In its simplest form, privilege can be understood as a cluster of biases that make someone’s experience atypical of the ‘norm’ – that is, different from the normal set of experiences for people encountering the phenomenon under discussion. However, this totally normal and understandable fact of the heterogeneity of human experiences is accompanied by either the lack of awareness or the refusal to accept that one’s experience isn’t the norm. Under this pair of biases, we see the insistence that the lack of awareness or the ranked order of priorities for the privileged speaker is the objective standard, rather than one peculiar subset:
This whole sort of war on women thing, I’m scratching my head because if there was a war on women, I think they won. You know, the women in my family are incredibly successful. I have a niece at Cornell vet school, and 85% of the young people there are women.
A privileged argument makes the assumption that one can, from one’s own personal perspective, deduce unbiased information about the state of the world. This becomes magnified when the group you belong to has a fundamentally different set of experiences, with respect to the phenomenon under discussion, than the group discussing the phenomenon. The Rand Paul quote above contains elements of two very easily identifiable flavours of privilege:
- Male privilege: Rand Paul is not in a position, as a man, to experience the effects of a war on women. He also has a different set of priorities about what kinds of infringements he cares about – I doubt very much he’d see restriction of abortion access as a fundamental threat to his human rights to the extent that he would if he was a woman.
- Class privilege: Paul is a wealthy man. The people in his family are wealthy as well, including the women. It is an irrefutable fact that wealthy people are afforded access to things like education and other elements of success that people from non-wealthy families do not have access to with the same ease.
There are further discussions to be had about the extent to which other forms of privilege play a role – for example, does Rand Paul’s whiteness make him less able to perceive a war on women that predominantly affects women of colour? There are also discussions of intersectionality to be had – does the fact that Paul is a rich man bias him in a way that is not simply attributable to “rich” and “man” biases? How have Paul’s life experiences left him with a fundamentally non-representative view of reality, such that his interpretation of the fact of successful women in his family bears no strong relationship to the issue under discussion (whether there is, in fact, a war on women)?
The final element of bias that is the sine qua non of privilege is the element of power imbalance. In the absence of the power imbalance, this wouldn’t really be “privilege” so much as just “having an inaccurate worldview”. Male privilege exists because, traditionally and contemporaneously, men have been afforded an elevated status over women. Class privilege exists because wealthy people can not only purchase more access, but are also afforded an unearned benefit of the doubt (in direct contravention of the evidence). When your membership in a group also gives you unearned (and to be fair, in many cases unwanted) status and influence, your selective worldview not only makes your experiences less representative of the whole, but shields you from having to consider the more unjust aspects of living in an unjust world.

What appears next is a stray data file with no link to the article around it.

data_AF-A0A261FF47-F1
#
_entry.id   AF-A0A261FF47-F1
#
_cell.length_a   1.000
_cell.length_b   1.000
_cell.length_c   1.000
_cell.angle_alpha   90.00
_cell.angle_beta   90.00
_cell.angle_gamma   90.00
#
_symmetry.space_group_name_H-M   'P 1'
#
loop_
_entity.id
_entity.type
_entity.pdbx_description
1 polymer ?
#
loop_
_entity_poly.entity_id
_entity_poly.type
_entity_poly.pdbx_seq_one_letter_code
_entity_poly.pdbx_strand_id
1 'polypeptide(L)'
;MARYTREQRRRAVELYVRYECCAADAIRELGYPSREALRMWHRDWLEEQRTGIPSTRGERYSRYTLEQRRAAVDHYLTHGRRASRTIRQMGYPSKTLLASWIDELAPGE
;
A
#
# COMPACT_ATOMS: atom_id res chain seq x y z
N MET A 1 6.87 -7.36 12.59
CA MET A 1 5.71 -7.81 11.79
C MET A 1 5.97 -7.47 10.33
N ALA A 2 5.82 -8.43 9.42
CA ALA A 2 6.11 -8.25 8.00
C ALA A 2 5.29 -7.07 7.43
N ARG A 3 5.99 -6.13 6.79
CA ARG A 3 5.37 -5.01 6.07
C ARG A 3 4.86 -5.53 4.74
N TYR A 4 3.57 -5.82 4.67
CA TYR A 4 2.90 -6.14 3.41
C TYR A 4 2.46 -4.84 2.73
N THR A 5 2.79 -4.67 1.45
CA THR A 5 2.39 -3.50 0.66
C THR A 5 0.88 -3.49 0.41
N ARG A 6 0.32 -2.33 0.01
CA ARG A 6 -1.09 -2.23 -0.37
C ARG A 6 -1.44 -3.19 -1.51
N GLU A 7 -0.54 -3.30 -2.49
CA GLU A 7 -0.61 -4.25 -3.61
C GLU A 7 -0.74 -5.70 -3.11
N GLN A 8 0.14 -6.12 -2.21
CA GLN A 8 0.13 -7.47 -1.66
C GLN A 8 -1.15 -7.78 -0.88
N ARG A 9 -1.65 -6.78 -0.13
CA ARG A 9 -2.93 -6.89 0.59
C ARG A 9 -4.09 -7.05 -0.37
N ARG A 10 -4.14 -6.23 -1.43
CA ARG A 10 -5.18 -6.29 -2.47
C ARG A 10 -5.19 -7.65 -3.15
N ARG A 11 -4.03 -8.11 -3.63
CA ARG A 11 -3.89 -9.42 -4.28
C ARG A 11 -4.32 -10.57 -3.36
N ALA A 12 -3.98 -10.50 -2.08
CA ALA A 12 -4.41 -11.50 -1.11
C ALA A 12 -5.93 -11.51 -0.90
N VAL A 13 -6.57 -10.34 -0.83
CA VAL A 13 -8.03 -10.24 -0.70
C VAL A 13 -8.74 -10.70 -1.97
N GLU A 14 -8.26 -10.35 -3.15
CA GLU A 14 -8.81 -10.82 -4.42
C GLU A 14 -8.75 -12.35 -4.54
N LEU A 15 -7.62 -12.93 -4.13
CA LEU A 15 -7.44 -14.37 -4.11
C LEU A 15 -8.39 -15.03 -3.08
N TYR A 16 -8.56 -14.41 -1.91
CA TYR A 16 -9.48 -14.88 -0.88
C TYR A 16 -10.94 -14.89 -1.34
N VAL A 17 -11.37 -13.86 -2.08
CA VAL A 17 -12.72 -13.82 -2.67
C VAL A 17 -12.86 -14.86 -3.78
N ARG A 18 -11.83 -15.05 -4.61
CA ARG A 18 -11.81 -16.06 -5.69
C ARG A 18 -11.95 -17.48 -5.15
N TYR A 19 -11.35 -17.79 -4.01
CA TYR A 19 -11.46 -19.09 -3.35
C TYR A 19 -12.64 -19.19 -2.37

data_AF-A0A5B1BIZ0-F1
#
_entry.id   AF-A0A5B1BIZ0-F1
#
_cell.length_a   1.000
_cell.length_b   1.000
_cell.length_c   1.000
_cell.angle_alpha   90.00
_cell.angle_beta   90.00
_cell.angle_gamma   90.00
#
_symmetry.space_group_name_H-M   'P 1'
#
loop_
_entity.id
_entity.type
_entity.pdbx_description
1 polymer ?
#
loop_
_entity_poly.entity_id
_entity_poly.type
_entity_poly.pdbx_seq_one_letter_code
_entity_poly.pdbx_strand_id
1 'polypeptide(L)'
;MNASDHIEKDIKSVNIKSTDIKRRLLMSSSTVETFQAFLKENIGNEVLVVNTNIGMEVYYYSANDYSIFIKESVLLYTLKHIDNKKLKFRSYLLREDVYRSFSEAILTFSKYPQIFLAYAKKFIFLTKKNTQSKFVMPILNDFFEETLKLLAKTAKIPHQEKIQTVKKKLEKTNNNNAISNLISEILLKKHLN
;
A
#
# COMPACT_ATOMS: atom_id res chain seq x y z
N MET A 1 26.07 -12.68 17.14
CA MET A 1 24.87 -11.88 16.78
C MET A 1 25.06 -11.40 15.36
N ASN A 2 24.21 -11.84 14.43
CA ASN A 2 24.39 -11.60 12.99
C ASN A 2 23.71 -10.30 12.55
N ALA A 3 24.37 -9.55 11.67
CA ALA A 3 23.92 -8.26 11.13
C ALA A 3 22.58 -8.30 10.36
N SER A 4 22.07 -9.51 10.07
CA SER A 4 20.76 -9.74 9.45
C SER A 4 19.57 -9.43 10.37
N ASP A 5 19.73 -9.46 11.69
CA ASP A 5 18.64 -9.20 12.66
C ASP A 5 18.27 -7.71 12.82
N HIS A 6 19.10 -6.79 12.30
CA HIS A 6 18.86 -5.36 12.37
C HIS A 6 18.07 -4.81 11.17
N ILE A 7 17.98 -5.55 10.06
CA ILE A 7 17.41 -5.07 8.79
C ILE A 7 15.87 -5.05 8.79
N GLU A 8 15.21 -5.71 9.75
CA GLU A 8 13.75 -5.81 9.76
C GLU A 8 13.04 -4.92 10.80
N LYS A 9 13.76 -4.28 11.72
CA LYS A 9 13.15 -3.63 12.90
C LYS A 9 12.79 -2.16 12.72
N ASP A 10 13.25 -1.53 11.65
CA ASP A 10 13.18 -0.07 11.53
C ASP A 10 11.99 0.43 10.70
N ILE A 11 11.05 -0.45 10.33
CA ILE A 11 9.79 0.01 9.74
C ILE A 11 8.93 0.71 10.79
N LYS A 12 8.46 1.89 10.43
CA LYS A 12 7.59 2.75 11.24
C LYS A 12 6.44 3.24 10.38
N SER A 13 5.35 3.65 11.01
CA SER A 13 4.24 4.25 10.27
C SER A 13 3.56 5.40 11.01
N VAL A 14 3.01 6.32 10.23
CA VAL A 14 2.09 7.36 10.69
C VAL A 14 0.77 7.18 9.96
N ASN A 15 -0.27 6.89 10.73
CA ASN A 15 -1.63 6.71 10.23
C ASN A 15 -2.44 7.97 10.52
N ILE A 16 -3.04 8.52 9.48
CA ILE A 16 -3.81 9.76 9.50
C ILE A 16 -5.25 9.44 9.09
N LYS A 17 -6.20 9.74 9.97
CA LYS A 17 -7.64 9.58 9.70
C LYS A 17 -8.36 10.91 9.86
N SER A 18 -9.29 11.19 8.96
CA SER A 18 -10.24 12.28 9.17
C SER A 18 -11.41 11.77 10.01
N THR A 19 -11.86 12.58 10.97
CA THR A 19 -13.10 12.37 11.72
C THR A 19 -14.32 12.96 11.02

And so we can see privilege as a specific cluster of biases – an awareness bias, a self-normalizing bias, and a power imbalance bias. These biases, among others, carry a distinctive hallmark that can be recognized fairly easily once you know what you’re looking for.
So when someone says “check your privilege”, what they are saying is “examine how this cluster of biases are leading you to an erroneous conclusion”, but in a much snappier way. But when someone merely says “privilege” as the entirety of the argument, the specific way in which these biases are operating is left to the imagination of the privileged person. Or worse, the bias is left unidentified, with the word “privilege” left hanging in the air. Or even worse, the mere existence of privilege does not invalidate the argument being made by the privileged person, and the use of privilege identification as refutation falls flat.
The best form of the “privilege” argument is one that identifies the specific type of privilege, and points in the direction of how the existence of privilege makes the claim under dispute a product of bias rather than an accurate assessment of reality. I certainly recognize that not everyone engaged in every conversation is going to have the time, energy, and inclination to provide a blow-by-blow of every single privileged statement that crosses their path, and sometimes you are just going to recognize the existence of the bias and dismiss the accompanying claim out of hand. However, if one’s goal is to make the best possible counter-argument (and again, I am not suggesting that everyone must do this every time), one must recognize that the mere existence of privilege, like bias, is not an automatic disqualifier.
For those times when one is reflecting on one’s own privilege, our job becomes akin to that of the scientist writing the Discussion section of the manuscript. We need to critically interrogate the extent to which our own set of personal experiences will give us a false impression of reality. We must accept that our sense of ‘normal’ is influenced by a plethora of factors, some of which are intrinsic to us. Just because we don’t agree with the fairness of these factors doesn’t translate into those factors not playing a role in our decision-making. We should recognize that we exist as a member of many different groups, and that the existence of power imbalances between these groups will influence our perceptions.
Of course, as any decent scientist will be able to tell you, it is impossible to completely eliminate all bias. Similarly, it is not possible to eliminate privilege. Short of rewinding the clock and being born as a different person, our privileged worldview will persist. What we can do, however, is allow our acceptance of privilege to influence how strongly we rely on our own opinions vs. those of others who do not have the same sort of privilege that we do. We can open ourselves to the possibility that our own impression of reality is coloured by our experiences, and that we may learn to be less wrong by listening to the perspectives of those who are more directly affected, or at least more representative.
But just as we won’t get any less wrong if we ignore our biases, we won’t get anywhere by conceiving of “privilege” in a vacuum.